Pointers for Choosing a Reliable Internet Service Provider for Your Business
The performance of the Internet at your business can greatly affect productivity, and these days, the Internet is a key component of any business.Poor internet performance shapes vital services, including cloud storage, cloud email and virtual cloud hosting.Picking the right Internet Service Provider (ISP) is a must, and so is looking at your business’s needs and budget before making your final decision.To start you off, below are some helpful considerations:
Your most important concern is the download speed, unless you’re keen on doing much gaming, video conferencing and streaming.Upload and download speeds depend on the plan you pick.The larger your business and the more users you have, the faster your line speed must be.
Contention ration is actually a word for sharing or to compete for something.It is simply the maximum number of people you need to share your connection with.If you have 50 people downloading simultaneously, your download speeds will be reduced.Definitely, you’ll want to go with the best contention ratio in the area.
Data Maximum Limits
Certain ISPs apply a monthly “cap” on the amount of data you will be able to download.Actually, majority of ISPs do, so you do need to ask, and if they do, know the difference between a hard cap and a soft cap.You can, for instance, subscribe to an “uncapped” service which actually has a cap of 200Gb’s, then you may experience a bottleneck in connectivity as that limit is reached, but this still depends on what package you’ve chosen.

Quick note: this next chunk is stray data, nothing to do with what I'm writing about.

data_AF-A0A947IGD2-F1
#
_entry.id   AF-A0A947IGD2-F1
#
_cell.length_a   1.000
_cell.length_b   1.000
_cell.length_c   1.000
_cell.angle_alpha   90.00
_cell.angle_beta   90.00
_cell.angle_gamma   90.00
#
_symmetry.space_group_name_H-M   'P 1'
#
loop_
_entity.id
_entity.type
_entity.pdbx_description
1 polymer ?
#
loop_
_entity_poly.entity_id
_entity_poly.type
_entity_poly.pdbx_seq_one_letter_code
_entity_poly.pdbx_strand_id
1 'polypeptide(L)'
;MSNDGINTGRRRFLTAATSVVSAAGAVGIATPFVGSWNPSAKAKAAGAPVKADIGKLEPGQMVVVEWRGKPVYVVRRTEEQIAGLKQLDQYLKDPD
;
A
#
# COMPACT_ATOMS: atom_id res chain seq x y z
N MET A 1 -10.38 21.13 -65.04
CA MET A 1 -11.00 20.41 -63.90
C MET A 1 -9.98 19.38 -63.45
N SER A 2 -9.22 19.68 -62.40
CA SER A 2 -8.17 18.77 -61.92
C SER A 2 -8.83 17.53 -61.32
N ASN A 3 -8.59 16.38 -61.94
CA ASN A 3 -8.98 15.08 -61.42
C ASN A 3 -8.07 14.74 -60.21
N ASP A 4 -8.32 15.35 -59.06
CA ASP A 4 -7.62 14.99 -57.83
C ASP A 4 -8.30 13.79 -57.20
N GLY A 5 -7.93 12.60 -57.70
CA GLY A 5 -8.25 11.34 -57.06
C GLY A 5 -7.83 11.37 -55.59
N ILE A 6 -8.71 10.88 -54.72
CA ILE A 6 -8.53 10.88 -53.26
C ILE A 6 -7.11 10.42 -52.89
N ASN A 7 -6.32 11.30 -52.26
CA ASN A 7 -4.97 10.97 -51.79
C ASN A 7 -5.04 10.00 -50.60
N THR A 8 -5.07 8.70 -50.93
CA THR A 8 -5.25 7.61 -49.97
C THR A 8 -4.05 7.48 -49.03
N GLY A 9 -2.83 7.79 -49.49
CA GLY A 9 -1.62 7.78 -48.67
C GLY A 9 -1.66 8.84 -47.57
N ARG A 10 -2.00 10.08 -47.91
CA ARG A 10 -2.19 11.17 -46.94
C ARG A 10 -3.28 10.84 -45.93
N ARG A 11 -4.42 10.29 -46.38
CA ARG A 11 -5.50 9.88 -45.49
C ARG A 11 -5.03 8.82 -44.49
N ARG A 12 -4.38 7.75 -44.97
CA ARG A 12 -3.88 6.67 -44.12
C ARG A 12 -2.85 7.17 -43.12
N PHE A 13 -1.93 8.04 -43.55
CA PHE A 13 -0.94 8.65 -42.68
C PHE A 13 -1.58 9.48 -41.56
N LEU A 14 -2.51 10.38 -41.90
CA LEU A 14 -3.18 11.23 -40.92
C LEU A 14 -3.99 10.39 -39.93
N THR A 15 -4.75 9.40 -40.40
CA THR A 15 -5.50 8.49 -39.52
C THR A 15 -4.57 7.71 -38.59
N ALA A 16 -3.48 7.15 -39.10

Fair Usage Policy (FU
A Fair Usage Policy is created to stop users from exploiting bandwidth in a specific area.We all fight for bandwidth (Contention Ratio) so ISPs have created a policy that targets those connections, using high bandwidth and compromising the overall Internet performance for all those who sharing the same infrastructure, and implement restrictions on that particular line.
Customer Service Level, Availability and Quality
Ask regarding the level of service offered, customer service hours and response time.
There are providers that make you pay a monthly rent to use their router, while other companies will provide it as part of their service package. This is usually a hidden cost, be sure to ask.
Price per Mbps
Divide the ISP’s advertised line speed by cost. That’s going to be your cost per Mbps, and you can consider that when you finally decide on an ISP.
When you talk about high-speed Internet, many providers will promise you the world but provide something totally different. Always do your homework, and never ever decide on price alone.
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